Gallery 2
January 14 - February 27, 2000

PIOTR KOWALSKI (France)
sculptures, drawings, 
architectural projects
--- Curator: Elzbieta Grabska
--- Co-operation: Marta Pejda

Pixel Mountain
Pixel MountainPixel Mountain
"Pixel Mountain" 1987 project on height
(from left) 600m, 390m, 180m

Piotr Kowalski
Piotr Kowalski next to "Sculpture Flottante",
Orleans-la-Source (1976)
Born 1927 in Lvov, Ukraine (then, part of the Republic of Poland), Piotr Kowalski has become a French artist of Polish origin. After he left his native Poland in 1946, he lived for some time in Sweden, France, the USA, and Brazil. Already a graduate (1952) from the faculties of architecture and hard sciences at the prestigious Massachusetts Institute of Technology in Cambridge, USA, Kowalski returned to Europe - to Paris, where he worked as an architect. His interest in sculpting dates back to as early as 1950's, when he combined it with town-planning, experimental architecture and public-space art (his first open-air projects were conceived in late fifties).

In 1961, he won First Prize in an international contest as a designer of a railway station in Tunis. The same year, he prepared his first individual exhibition, at the Maison des Beaux-Arts, Paris. In the following years, he took part in a dozen-or-so art projects per year, including individual and group exhibitions held at most prestigious galleries or museums all over the world. Besides, he won a number of prizes of considerable import in architecture and town-planning, as well as took advantage of a series of scientific or artistic scholarships or grants.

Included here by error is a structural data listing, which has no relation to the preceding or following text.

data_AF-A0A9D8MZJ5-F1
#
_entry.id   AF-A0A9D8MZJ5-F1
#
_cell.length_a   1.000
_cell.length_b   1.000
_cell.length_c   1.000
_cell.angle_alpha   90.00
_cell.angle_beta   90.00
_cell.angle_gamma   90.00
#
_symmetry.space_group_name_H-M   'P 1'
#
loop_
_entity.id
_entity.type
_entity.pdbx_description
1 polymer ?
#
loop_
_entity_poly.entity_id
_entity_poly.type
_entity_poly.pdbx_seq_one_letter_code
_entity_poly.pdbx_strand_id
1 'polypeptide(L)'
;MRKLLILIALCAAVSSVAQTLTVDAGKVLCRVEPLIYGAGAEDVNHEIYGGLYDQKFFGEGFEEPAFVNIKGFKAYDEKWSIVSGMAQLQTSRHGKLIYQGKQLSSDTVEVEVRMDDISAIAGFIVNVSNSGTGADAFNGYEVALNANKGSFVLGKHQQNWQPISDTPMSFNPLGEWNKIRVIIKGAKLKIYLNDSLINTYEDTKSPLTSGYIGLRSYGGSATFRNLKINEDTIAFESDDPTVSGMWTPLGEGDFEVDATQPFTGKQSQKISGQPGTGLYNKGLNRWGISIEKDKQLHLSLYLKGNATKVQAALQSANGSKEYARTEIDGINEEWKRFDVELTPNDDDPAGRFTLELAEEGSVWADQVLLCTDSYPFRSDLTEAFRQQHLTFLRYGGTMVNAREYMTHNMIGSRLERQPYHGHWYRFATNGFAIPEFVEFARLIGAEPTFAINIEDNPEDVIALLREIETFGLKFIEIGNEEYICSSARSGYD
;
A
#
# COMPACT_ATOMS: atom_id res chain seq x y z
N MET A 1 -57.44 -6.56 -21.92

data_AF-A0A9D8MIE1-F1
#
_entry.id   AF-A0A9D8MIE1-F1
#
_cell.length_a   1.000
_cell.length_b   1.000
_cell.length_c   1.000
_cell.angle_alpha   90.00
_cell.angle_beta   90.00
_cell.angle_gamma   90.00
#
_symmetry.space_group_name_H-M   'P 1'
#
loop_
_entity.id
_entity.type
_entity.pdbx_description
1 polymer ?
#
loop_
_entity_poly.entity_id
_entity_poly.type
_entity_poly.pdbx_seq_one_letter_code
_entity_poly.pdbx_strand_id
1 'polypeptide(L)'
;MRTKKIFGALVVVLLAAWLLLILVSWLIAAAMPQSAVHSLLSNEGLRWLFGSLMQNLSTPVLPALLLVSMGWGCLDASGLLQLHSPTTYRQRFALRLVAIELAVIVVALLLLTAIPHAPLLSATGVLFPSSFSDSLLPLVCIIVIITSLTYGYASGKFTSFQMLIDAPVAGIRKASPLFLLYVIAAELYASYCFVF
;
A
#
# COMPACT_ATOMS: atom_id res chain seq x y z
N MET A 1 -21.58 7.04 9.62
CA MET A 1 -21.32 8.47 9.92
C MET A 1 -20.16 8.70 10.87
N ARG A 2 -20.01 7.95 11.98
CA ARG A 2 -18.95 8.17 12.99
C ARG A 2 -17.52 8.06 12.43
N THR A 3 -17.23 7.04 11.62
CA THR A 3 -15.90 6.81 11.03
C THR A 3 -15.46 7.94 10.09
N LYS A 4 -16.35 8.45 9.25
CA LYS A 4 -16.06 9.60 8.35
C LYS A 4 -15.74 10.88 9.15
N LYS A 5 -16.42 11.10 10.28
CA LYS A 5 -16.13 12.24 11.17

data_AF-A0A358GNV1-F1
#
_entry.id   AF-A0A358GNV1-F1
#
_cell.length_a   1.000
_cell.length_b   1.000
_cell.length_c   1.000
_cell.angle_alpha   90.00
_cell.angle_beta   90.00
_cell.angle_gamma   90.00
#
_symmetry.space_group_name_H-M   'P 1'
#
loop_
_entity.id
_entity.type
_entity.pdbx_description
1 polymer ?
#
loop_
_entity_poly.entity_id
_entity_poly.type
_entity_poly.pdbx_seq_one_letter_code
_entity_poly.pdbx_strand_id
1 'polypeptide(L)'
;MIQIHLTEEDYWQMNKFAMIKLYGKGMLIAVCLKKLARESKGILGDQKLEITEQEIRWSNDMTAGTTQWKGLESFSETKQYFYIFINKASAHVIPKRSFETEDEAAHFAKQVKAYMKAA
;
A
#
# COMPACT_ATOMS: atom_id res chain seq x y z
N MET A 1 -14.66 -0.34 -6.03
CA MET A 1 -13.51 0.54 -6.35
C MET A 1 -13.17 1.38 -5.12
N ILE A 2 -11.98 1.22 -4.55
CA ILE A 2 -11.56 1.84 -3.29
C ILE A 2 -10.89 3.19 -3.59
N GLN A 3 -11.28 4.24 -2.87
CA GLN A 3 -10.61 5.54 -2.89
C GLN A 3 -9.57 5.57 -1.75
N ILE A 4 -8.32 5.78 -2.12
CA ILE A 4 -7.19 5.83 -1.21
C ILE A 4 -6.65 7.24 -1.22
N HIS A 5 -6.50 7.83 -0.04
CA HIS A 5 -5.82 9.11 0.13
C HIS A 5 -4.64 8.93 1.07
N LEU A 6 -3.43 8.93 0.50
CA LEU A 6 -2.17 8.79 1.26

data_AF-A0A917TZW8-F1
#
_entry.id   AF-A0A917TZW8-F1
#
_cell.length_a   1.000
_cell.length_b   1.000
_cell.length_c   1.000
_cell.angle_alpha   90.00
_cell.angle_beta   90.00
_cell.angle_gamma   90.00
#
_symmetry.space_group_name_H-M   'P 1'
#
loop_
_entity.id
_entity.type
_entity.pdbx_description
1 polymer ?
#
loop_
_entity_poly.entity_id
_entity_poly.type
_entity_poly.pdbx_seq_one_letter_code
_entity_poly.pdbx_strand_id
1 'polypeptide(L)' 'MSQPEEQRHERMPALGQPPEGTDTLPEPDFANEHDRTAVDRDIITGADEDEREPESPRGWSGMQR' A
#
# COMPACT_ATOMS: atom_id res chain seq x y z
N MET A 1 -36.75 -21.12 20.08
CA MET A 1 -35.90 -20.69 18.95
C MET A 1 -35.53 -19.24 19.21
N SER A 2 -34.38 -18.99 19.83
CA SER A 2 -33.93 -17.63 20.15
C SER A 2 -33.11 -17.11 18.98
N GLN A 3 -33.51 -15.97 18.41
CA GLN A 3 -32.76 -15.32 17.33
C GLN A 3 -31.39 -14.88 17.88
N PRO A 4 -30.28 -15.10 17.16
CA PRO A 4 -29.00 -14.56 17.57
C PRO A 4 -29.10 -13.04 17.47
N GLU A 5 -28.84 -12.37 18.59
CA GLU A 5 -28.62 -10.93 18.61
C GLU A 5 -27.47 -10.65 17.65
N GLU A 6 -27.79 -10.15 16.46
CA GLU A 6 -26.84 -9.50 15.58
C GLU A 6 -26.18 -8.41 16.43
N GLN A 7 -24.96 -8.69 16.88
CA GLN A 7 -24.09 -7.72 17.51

In 1968, Kowalski represented France at the 34th Venice Biennial. In 1978-85, he worked as a Rockefeller Foundation grant-holder at the Center for Advanced Visual Studies, MIT. There, he run an independent faculty which was granted means to pursue scientific research and artistic activity. In 1980's, he toured South Korea and Japan, which was connected with exhibiting projects and borne fruit also in the form of a series of town-planning designs for Tokyo and Kyoto; on those, Kowalski has been working until now (the projects are presented in the form of models and drawings). Ever since 1970's, he has been preparing numerous open-air projects, town-planning arrangements and giant sculptures located in urban areas of France, Austria, Switzerland, the USA, Denmark, Germany and Japan, to name the major locations. Among the best-known ones are Porte Sud and the Pascal Square, i.e. a town-planning/sculpture complex situated at the famous Paris quarter of La Défense, the Axe de la Terre ('The Axis of the Earth') - an 'astronomical' sculpture located at a roundabout in Marne-la-Vallée, and Thermocouple - a 'double monument' at the Danube river bank in Linz, Austria, whose individual components react to changing temperatures of the environment by increasing or decreasing their reciprocal positioning angle. Our present exhibition shows photographs of these as well as of other objects realised in public areas (Room 1).